The Shara Clarke Aboriginal Cultural and Educational Centre


  • RMIT University
  • Uncle Leonard Clarke
  • Christine Phillips
  • Stasinos Mantzis
  • Ava Clifforth


During 2020, I was lucky to partake in RMIT’s design studio (On Country) run by Christine Phillips and Stasinos Mantzis. The studio was introduced to our enthusiastic and inspiring client, Uncle Lenny Clarke whom is a highly regarded indigenous elder and humans rights advocate from a historic region in Victoria known as Framlingham (Kirrae Whurrong country). This project was designed on Uncle Lenny’s native and extensive land in Framlingham and houses an interchangeable theatre and concert hall space, musical learning space and a large outdoor field which comes summer time, functions as a art and music festival space.

Key Features


The Archie Roach Music Hall (theatre) was designed to emulate the geological features of the Western Vic Volcanic Plains. Visitors enter the warm, hearth like centre of the theatre via the exterior spiral balconies. This pathway is multi-functional, with nooks and crannies for reading, art exhibitions and constantly shifting framed views of Country. The visitor is rewarded with panoramic views of the Framlingham forest and Hopkins river. A water collection pool echoes the surrounding Maar lakes that form on top of volcanoes in the region.


The design brief alone expects for the building to have a more positive and hopeful, outlook of Indigenous culture and thus Australian culture/identity too. The building had to be as sustainable as possible to stay true to the way of which the land is perceived by Indigenous cultures all around the world, in that the land has to be nurtured and cared for consistently, through a lens that is understanding of the contextual climate and native surroundings. Our design uses locally Victorian sourced blackbutt wood as a main structural element, Solar panels ambitiously form the wings of the Reginald Saunders canopy and a sculptural irrigation system travels throughout the large site, nurturing surrounding flora and fauna.


Whilst designing the project, we grew aware of the importance of consideration for the design’s local Indigenous history. This consideration made clearly by our studio tutors should be one that is necessary for any Australian designer or architect designing on ‘Australian’ land. Due to our design brief and client our building not only acknowledges the contextual history of the site but fundamentally intends to celebrate it and take inspiration from the sites deep and complex roots, by which we spoke regularly with Uncle Lenny to assist in building a better understanding of the local Kirrae Whurrong context. The design build’s upon the status of Victoria’s design and creative culture, in that the site intends to celebrate local Indigenous history, music and contemporary culture, which is something that seems to have emerged in Victorian design and will further continue to do so as it should.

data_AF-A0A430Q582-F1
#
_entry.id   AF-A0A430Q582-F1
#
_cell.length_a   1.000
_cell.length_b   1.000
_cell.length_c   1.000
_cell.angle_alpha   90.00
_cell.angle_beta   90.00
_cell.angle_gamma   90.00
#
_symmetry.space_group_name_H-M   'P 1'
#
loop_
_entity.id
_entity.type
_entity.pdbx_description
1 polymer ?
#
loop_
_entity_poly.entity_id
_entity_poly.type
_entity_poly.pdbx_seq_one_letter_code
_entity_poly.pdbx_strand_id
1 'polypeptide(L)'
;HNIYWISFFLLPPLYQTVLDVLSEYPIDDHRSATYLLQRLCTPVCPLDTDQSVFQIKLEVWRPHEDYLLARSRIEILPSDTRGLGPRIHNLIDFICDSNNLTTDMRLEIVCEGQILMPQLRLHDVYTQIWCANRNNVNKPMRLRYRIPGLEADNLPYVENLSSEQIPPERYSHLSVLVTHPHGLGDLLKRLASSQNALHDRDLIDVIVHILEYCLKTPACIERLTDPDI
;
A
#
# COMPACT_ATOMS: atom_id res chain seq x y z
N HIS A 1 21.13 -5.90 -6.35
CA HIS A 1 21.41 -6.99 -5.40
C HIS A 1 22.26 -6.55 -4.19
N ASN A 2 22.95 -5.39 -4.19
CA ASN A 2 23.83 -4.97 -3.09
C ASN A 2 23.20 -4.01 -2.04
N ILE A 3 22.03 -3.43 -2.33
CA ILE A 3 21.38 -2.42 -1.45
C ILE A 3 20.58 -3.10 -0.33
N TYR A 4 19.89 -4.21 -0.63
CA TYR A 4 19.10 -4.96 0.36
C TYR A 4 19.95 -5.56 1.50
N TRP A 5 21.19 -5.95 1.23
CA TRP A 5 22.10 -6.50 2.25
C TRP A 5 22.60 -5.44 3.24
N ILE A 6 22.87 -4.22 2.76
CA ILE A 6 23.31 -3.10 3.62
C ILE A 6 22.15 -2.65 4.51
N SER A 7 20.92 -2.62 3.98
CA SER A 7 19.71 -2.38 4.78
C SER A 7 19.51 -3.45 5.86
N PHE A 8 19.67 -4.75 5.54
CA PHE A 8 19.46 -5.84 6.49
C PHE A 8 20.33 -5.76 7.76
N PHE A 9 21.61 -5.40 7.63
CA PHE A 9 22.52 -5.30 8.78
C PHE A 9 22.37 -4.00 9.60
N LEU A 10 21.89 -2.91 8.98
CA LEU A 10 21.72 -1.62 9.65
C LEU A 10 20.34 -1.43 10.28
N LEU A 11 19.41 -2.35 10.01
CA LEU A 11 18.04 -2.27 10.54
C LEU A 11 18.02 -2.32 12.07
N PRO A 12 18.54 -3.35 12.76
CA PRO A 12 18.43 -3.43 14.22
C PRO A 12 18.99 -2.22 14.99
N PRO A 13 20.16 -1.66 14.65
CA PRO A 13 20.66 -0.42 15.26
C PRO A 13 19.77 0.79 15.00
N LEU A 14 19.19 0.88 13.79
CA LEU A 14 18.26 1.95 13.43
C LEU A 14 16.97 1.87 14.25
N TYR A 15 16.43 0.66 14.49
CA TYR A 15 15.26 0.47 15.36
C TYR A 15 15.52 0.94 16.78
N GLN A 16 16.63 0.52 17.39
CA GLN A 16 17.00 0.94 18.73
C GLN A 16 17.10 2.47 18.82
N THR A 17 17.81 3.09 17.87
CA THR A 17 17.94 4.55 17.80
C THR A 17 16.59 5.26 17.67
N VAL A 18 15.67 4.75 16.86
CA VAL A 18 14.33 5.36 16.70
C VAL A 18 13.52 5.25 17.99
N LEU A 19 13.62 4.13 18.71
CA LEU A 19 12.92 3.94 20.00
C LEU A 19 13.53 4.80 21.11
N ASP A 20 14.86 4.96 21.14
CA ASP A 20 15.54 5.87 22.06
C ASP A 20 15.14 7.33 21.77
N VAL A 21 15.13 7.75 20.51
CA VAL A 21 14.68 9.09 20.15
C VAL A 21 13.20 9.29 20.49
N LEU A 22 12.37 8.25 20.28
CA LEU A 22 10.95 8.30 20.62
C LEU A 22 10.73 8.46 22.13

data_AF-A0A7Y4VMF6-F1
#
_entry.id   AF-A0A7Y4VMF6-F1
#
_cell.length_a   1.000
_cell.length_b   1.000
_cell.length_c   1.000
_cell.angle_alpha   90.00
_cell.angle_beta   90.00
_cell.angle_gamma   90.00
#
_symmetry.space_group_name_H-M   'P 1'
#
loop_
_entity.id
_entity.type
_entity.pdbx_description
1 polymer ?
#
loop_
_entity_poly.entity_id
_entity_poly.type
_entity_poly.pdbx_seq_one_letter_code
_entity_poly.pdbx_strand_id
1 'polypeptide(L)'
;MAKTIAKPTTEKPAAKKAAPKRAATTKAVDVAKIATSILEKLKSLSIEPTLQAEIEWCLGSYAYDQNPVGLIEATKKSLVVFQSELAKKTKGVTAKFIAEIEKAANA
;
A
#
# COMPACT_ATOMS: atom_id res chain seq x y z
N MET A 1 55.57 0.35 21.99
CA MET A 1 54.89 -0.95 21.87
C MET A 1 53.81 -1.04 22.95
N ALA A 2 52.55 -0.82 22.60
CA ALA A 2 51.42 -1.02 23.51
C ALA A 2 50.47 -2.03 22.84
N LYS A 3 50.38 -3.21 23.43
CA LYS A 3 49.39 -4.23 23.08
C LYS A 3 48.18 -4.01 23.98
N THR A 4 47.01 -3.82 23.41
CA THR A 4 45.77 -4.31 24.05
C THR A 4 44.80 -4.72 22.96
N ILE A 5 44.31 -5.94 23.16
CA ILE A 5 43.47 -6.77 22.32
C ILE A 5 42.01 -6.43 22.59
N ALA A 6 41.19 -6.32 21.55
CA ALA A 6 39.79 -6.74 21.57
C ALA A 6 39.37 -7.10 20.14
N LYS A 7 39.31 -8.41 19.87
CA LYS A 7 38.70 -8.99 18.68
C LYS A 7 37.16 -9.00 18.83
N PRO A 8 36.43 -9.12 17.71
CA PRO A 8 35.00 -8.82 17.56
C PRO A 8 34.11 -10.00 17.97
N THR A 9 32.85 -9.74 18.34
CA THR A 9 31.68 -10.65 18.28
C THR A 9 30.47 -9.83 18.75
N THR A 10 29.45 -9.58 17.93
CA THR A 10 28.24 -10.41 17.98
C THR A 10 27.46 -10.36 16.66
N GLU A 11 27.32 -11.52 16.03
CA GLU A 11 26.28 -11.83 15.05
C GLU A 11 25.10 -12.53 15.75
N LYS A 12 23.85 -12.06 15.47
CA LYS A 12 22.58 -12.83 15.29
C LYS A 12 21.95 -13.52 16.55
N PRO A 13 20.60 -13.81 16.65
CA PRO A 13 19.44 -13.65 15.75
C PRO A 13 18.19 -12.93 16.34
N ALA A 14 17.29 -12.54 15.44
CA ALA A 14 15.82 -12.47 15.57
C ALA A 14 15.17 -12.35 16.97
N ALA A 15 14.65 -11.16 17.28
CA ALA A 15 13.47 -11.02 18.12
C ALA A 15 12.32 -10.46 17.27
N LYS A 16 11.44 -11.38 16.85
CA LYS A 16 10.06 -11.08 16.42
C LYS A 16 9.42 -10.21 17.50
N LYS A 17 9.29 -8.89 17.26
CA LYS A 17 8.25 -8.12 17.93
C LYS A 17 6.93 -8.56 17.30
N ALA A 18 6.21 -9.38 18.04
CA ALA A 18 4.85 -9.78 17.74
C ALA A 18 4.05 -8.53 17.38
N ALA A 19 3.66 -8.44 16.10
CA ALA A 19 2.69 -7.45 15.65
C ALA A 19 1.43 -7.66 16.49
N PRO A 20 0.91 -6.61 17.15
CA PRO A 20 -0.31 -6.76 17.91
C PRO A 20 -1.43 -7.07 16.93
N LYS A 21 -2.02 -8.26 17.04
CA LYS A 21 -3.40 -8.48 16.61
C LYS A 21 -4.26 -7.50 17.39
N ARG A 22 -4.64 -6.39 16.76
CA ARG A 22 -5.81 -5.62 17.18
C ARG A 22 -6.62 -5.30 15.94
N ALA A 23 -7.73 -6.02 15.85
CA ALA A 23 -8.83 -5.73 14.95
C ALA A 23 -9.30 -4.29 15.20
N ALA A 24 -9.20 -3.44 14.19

The site is intended to be a self-sufficient and dynamic space that adheres and responds to the surrounding climate and change in Kulin Nation season. The Reginald Saunders canopy flaps to the hymns of the wind, the surrounding nets are interchangeable and overgrown with native and international flora, the centre of the site changes from an enclosed and personal theatre space to an open and acoustically layered concert hall space and the large festival sized carpark located near the main road becomes a market, selling locally sourced art and native agriculture when not used for a large event. The site’s pathway systems are greatly enforced by the users, whom we characterize in our project as the ‘eels’. They similarly journey through a very organic and unsteady path. An ambiguous path that is symbolic to the deep and complex history of Framlingham but also functions as one that educates, and entertains the user.


Ultimately our intention for the Shara Clarke Aboriginal Cultural and Education Centre is to encourage visitors to connect with country in a new way. We challenge conventional modes of architecture as a predominately human-centric domain by dialling up the parameters of playfulness, intrigue and explorability. Our Site is dynamic, productive and sustainable; designed as an all encompassing conduit for community and environmental engagement.

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